GABE DIXON  -  NASHVILLE GOLD

OCCASIONALLY A GREAT SONG MATERIALIZES fully formed in a songwriter’s head. But more often, songwriting is about discipline and persistence. At least that’s been Gabe Dixon’s experience.
Since 1999, when he first made waves with the piano-driven pop of the Gabe Dixon Band, the Nashville-based songwriter has become increasingly committed to the sheer craft of songwriting—and the unrelenting work it entails. The fruits of Dixon’s labor are evident on his latest release, Turns to Gold. The album’s stripped-down arrangements and spare, naturalistic production keep the focus on Dixon’s ever-evolving songcraft.

“When I had the band, I was only writing songs when I felt like it,” says Dixon, who now performs and records as a solo artist. “I didn’t have as large of a pool to draw from when putting together an album. But for this album, I’ve written dozens and dozens of songs over the last couple of years. I just had more to draw from because I’ve become more of a professional songwriter.”

Dixon is deeply steeped in Nashville’s songwriting culture, where collaborations are the order of the day, and writers get to work every morning over strong coffee regardless of whether or not they feel “inspired.”

“Co-writing forces me to write,” says Dixon. “Like a lot of songwriters, I don’t look forward to sitting down to write, because it’s not easy! It can be mentally exhausting to put together that puzzle. But knowing that someone’s coming over for that 11 a.m. appointment makes me write even when I haven’t yet come up with an idea. The day we wrote ‘Holding Her Freedom,’ I couldn’t think of anything until ten minutes before my co-writer, Marty Dodson, was due to arrive. I finally came up with a little groove and the start of a verse melody. I thought, ‘Well, at least that’s something.’” That germ of an idea would become the opening track on Turns to Gold.

“THESE PIANOS CAN BE DELICATE, BEAUTIFUL, AND EXPRESSIVE INSTRUMENTS, BUT THEY ARE ALSO WORKHORSES.”

GabeDixon portraitBorn and raised in Nashville, Dixon studied piano from age seven at Blair School of Music, part of Vanderbilt University. “When I was about 11, I just fell in love with the music in my parents’ record collection,” he remembers.“JerryLewis. Elton John. The Beatles.” Little did Gabe realize he would one day sing and play keyboards on Paul McCartney’s 2001 release Driving Rain and perform with McCartney in concert. He landed the gig via Driving Rain producer David Kahne, who also oversaw the Gabe Dixon Band’s 2002 release, On a Rolling Ball.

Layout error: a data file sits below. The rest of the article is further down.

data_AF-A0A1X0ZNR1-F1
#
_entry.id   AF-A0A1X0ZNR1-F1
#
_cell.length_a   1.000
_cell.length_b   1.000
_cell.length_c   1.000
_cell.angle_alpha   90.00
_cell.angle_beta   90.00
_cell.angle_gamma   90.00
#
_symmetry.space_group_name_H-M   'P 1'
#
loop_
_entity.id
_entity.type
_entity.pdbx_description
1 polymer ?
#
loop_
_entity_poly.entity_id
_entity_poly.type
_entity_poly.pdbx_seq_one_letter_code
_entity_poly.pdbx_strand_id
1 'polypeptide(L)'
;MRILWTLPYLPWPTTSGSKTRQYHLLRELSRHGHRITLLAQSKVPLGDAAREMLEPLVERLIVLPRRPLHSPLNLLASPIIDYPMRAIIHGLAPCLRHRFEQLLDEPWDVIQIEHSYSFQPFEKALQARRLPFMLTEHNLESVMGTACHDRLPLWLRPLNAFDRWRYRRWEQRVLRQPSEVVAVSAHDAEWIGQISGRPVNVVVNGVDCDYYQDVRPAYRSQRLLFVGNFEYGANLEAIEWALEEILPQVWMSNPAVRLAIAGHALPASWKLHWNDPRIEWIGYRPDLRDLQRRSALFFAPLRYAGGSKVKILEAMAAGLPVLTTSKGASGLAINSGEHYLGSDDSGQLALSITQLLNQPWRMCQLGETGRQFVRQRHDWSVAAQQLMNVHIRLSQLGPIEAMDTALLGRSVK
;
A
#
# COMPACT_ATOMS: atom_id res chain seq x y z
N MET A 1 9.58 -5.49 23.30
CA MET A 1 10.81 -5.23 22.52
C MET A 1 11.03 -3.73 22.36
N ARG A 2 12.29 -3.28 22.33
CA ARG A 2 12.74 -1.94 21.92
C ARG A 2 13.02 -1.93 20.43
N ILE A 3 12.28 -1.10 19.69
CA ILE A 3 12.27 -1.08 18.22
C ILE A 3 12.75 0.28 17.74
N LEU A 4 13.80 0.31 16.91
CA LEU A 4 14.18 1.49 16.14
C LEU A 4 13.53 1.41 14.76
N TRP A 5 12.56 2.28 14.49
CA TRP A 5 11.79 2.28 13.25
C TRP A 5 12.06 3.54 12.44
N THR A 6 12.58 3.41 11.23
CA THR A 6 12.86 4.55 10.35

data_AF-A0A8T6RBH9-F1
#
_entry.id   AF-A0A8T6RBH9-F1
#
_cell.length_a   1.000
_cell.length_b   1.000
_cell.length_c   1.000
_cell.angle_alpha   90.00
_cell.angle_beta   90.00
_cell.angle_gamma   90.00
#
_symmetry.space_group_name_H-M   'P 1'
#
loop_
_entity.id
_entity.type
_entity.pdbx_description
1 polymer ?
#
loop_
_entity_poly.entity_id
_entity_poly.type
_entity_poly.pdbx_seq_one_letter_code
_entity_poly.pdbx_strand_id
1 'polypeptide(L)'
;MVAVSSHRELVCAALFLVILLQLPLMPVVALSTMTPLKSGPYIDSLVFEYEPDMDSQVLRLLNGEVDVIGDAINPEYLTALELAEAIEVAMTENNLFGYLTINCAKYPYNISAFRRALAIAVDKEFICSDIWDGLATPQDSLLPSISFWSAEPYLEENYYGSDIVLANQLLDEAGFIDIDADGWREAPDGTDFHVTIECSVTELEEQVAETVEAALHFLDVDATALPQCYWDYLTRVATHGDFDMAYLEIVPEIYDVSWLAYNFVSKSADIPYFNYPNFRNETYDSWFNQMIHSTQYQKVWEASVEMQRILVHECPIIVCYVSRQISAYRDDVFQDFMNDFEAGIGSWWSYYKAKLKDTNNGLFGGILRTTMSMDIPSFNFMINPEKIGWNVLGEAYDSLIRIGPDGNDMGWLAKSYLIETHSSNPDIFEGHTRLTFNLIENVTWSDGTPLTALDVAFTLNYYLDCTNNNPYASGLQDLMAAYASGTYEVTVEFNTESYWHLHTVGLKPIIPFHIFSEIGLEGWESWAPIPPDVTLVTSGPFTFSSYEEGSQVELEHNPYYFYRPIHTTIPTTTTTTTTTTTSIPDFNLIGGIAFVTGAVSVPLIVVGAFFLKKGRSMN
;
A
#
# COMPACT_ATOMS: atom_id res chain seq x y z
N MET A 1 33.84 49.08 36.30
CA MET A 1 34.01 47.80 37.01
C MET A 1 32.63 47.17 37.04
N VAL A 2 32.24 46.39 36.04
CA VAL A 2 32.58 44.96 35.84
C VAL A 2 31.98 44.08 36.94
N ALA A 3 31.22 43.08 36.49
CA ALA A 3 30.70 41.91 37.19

“I started playing out in bands when I was a teenager while keeping up my classical lessons,” says Gabe. “I was leading a double life.” He’d practice Bach, Debussy, and Beethoven during the day and play club gigs at night.
Dixon’s pianistic skill took center stage on his early albums, but the instrument assumes a subtler role on Turns to Gold

“The piano still drives the music rhythmically, but I’m not as flashy as I’ve been on past albums,” notes Gabe. “It’s part of my desire to make this album more rootsy-sounding. There aren’t as many piano solos as on the other albums. It’s more about the songs.” Pursuing an earthier sound, Dixon avoided slick production techniques. Everything was tracked live to analog tape with no sequencers or click tracks.

He also changed instruments. “On every other album I’ve used a grand piano,” Gabe says. “But for a more rootsy sound, I decided to use an upright piano. To me, the upright has—now, this is going to sound stupid—a less grand sound. I wanted a folksy, church-basement quality, and I think I’ve achieved that.”

Dixon writes on an upright at home: a Yamaha U1 Disklavier. “I’ve always loved the sound and feel of Yamaha pianos,” he says. “Their concert grand pianos are second to none. I like the fact that Yamaha pianos can be delicate, beautiful, and expressive instruments, but they are also workhorses. They’re just really solid pieces of technology.”

What’s next for Dixon? Well, probably a lot more songwriting. “The exercise of writing most days has made me better at it,” he says. “I often have no idea at the end of the day whether the song we just wrote is any good because I’m so inside of it. I just sleep on it and listen the next day. Sometimes it’s not as good as I thought. But my favorite days are the ones where I’m so excited about the song, it feels undeniable that it’s great—and then when I listen back the next day, it’s even better than I thought. That doesn’t happen very often!”